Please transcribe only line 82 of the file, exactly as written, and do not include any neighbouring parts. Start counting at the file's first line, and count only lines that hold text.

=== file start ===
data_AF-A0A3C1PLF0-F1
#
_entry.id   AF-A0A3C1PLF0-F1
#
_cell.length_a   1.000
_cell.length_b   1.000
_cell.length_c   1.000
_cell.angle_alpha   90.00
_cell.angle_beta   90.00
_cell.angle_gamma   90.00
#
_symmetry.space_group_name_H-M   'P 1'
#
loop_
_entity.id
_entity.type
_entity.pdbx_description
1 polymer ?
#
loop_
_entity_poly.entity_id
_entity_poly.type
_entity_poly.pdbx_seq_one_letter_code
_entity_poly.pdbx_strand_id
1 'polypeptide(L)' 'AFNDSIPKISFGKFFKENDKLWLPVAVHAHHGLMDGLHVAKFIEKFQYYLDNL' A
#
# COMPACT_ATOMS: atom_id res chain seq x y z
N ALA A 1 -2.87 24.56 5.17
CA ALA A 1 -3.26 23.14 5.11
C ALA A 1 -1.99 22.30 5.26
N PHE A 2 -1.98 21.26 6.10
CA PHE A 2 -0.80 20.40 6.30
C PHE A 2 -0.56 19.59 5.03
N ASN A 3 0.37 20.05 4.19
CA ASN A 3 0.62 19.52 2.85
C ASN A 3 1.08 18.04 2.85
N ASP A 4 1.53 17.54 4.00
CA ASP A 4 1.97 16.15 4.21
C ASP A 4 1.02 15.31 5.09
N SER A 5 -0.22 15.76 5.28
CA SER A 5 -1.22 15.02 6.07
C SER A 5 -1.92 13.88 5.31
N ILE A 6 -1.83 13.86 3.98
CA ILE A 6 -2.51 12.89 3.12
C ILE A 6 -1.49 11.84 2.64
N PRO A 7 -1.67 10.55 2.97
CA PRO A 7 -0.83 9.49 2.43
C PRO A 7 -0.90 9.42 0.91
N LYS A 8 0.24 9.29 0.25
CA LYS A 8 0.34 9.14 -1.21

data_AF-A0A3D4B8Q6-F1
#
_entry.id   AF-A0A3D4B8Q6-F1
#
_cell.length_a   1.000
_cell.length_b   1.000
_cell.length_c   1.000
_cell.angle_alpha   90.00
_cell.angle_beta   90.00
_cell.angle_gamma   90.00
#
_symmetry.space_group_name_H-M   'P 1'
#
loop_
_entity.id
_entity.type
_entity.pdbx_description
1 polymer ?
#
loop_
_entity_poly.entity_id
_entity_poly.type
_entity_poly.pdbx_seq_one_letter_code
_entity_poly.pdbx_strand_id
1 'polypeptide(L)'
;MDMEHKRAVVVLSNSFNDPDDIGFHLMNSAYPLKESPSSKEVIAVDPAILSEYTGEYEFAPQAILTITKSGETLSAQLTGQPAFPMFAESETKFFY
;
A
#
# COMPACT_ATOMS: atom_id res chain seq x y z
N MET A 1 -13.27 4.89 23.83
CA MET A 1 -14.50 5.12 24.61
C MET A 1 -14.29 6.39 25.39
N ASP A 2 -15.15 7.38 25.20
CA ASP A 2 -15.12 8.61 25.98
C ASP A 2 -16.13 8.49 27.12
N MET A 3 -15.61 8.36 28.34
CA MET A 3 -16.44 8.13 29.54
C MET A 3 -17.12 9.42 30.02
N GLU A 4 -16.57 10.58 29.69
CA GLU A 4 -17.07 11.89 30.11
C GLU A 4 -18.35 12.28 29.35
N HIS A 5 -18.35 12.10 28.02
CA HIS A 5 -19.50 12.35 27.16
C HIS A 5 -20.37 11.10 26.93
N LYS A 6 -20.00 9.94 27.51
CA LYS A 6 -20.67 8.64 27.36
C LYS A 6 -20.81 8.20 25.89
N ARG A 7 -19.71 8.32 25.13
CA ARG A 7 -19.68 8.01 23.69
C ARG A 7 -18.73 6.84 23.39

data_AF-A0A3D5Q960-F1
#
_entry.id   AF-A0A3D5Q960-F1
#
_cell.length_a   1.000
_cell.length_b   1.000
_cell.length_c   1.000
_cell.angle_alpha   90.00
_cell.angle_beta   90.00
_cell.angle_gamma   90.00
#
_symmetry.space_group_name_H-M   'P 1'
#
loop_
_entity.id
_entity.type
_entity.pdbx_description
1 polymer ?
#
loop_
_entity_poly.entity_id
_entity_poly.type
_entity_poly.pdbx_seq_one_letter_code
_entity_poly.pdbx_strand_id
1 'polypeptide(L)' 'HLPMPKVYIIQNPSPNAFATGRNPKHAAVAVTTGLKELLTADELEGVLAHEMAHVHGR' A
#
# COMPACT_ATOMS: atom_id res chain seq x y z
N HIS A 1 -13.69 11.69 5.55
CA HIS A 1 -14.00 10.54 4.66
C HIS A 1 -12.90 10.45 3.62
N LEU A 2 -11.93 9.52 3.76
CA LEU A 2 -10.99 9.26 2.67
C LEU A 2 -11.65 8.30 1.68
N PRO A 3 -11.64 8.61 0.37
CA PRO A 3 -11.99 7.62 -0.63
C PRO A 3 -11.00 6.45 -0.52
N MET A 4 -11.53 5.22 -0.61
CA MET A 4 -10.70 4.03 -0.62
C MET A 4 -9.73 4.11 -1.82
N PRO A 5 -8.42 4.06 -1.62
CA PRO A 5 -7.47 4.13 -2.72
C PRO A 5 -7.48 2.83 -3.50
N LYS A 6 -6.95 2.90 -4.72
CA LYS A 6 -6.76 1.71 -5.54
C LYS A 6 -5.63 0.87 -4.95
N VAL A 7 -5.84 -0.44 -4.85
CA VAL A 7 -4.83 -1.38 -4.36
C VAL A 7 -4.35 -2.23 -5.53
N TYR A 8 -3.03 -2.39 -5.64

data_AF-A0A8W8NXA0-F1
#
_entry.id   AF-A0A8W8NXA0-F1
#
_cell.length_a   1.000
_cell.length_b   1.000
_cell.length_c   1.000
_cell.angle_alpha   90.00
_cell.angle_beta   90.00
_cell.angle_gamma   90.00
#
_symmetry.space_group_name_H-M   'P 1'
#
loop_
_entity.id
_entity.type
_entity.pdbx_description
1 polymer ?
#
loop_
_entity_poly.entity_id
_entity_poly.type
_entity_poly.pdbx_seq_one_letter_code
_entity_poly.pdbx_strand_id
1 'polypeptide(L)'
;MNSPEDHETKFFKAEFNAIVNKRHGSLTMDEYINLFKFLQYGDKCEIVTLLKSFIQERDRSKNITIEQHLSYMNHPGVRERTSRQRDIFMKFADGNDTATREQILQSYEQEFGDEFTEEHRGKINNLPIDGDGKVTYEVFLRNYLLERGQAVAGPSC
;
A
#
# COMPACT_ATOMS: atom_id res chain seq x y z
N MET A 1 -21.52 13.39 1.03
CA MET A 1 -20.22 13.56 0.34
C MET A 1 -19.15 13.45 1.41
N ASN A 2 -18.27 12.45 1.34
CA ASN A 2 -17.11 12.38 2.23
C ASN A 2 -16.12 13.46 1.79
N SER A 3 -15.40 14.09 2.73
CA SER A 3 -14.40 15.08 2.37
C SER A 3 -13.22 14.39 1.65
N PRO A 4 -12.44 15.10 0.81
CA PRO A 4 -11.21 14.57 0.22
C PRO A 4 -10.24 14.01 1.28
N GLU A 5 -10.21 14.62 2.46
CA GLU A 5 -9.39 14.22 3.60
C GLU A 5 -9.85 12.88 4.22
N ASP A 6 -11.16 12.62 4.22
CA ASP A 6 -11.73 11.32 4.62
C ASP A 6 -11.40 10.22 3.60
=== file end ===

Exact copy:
CA MET A 1 -14.50 5.12 24.61